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Happy Days review: Lisa Dwan is luminous in Beckett’s portrait of decline

·2-min read
Lisa Dwan as Winnie in Happy Days  (Helen Maybanks)
Lisa Dwan as Winnie in Happy Days (Helen Maybanks)

I’ve never seen Samuel Beckett’s bleak study of human endurance done better than in this 60th-anniversary production, directed by Trevor Nunn and starring a luminous, riveting Lisa Dwan. Her character, Winnie, is buried first to the waist, then to the neck, in soil, and uses small rituals, prattle and memories to stave off despair. Dwan, the leading interpreter of Beckett’s work today, treats the limitation as an inspiration, giving a performance of immensely rich texture both physically and verbally.

She and Nunn root the action – if that’s the right word - firmly in Ireland, giving it an intense focus. The play’s depiction of tenacity in the face of diminishing freedom has gained a new relevance. Obviously, Beckett is not to everyone’s taste: anyone drawn to this show solely by Dwan’s turn in the BBC1 thriller Bloodlands in February may be nonplussed. But this is a terrific, uncompromising statement of the playwright’s arid, amused vision.

At first it’s weird. The audience is spaced out in couples on plush chairs like participants in a Moonie mass wedding, in one of Riverside’s rebuilt, barn-like studios. Dwan is revealed in the centre of a broad oblong frame, as if in a widescreen movie. But the expanse of painted sky behind her focuses attention on this slight, spirited creature.

The ground looks peaty: a church bell wakes her and sends her to sleep. That this Winnie is Irish gives a new spin to her ostensible primness and suppressed earthiness, her reliance on storytelling, song and prayer. Not to mention her relationship with husband Willie (Simon Wolfe), a gentleman reduced to disgusting habits and grunted replies, stuck in a burrow behind her. Dwan’s voice runs an extraordinary gamut from coy to hoarse to screaming. She punctuates Winnie’s dainty actions – keeping herself “nice” - with regular, indecorous hoiks of her bosom.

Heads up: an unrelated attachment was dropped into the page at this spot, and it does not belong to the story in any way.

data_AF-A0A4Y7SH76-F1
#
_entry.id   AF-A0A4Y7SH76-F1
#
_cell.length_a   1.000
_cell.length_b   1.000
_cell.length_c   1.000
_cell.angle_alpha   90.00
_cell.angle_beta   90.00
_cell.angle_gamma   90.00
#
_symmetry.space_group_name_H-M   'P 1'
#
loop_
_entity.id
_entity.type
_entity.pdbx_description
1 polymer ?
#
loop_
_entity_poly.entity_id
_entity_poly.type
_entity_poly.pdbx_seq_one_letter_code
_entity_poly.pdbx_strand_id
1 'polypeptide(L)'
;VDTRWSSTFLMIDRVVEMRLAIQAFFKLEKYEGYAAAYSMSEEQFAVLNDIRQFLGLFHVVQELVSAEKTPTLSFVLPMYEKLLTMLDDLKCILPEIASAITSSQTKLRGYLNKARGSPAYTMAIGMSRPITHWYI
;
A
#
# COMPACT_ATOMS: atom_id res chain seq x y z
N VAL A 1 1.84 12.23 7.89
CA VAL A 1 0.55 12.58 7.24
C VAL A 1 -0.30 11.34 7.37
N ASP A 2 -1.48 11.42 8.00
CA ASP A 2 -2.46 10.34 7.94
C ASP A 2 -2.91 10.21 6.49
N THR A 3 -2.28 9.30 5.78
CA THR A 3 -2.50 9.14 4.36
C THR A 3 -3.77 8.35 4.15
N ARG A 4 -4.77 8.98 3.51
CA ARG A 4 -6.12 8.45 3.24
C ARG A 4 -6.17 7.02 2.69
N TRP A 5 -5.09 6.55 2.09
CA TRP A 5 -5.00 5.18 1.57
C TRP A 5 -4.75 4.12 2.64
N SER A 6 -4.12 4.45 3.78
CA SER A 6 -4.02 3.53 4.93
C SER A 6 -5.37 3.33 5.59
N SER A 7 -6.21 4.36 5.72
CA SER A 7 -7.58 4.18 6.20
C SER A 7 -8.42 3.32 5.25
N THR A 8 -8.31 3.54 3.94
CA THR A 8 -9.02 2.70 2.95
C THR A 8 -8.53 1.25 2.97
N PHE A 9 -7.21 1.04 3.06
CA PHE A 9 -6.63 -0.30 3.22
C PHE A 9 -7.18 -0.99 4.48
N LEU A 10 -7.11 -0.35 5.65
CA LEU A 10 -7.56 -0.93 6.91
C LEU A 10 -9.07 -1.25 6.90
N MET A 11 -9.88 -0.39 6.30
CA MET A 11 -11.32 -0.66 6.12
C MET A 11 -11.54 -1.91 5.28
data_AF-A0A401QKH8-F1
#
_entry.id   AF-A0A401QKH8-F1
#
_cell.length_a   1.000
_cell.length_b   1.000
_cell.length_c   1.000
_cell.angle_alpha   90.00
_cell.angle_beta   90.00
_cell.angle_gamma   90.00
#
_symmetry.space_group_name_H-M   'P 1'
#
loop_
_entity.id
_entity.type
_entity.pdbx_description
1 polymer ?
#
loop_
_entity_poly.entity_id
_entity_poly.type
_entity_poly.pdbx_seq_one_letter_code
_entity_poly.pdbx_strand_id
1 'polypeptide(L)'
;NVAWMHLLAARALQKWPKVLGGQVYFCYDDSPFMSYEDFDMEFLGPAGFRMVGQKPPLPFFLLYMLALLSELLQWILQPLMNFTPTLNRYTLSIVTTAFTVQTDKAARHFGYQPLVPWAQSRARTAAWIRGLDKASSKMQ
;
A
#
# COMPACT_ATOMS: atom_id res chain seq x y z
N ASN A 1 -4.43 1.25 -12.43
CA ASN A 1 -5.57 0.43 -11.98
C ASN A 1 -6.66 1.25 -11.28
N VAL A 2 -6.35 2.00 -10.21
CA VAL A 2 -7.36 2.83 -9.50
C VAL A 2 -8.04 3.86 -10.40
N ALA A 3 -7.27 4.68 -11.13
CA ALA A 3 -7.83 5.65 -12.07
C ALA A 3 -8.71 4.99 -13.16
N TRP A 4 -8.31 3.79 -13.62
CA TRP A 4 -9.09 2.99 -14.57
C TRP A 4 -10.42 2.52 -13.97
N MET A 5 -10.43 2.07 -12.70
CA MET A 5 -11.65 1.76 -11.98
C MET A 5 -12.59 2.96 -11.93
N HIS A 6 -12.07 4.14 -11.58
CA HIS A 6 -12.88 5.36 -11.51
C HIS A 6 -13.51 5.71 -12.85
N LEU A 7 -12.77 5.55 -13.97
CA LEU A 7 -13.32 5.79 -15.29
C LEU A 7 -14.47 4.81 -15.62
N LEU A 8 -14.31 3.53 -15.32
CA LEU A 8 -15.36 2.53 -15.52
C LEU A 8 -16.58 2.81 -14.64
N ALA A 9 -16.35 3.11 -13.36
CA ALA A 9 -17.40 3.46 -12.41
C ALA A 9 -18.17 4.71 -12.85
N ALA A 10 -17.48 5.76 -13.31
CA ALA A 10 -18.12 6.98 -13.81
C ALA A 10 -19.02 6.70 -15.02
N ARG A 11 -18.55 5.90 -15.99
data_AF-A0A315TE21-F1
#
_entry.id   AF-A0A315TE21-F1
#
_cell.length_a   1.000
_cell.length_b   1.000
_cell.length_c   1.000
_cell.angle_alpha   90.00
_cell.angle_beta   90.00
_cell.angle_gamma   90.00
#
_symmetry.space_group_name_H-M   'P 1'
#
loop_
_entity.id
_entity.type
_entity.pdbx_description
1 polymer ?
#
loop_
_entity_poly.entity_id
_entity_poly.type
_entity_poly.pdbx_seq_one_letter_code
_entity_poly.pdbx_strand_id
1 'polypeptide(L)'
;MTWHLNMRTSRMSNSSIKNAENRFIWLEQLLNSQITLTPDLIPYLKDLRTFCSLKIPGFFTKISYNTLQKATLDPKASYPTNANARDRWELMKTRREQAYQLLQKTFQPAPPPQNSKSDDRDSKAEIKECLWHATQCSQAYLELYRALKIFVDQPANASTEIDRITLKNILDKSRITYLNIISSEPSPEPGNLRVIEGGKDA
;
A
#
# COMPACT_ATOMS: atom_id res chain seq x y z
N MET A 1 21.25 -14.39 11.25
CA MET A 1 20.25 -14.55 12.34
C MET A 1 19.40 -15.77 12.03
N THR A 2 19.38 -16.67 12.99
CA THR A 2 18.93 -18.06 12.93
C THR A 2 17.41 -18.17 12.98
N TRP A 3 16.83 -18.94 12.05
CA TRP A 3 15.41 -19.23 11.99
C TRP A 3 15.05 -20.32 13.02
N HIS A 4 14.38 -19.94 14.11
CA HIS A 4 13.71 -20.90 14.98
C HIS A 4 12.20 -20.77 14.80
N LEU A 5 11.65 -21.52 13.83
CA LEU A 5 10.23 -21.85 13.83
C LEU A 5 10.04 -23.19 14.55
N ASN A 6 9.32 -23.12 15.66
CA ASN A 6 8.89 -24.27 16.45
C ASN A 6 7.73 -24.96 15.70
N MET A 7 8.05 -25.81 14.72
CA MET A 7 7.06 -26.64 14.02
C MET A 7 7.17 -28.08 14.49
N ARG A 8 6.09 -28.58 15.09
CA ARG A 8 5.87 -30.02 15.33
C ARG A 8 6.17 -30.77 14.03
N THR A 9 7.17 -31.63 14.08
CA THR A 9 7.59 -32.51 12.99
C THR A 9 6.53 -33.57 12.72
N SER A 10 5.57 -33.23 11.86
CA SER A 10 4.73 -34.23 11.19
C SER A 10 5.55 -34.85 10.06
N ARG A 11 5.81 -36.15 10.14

Winnie recalls a coarse man observing her semi-interred state and saying: “What does it mean?” That’s Beckett having a joke at his own expense and having the last laugh. Because Happy Days is obviously a metaphor for mortality, but it also speaks about all forms of decline, repression, unhappiness and limitation. For instance: Winnie is not just trapped by earth but by her own pretensions and frustrations, her inability to remember “that unforgettable line” of poetry.

Dwan and Nunn unpack the play superlatively well. Its nuances have never seemed so clear. Of course it’s grim. The lively Winnie of the start becomes a parched talking head and finally – thanks to Dwan and some clever lighting – a skull. Not cheerful: but masterfully done.

To 25 July:

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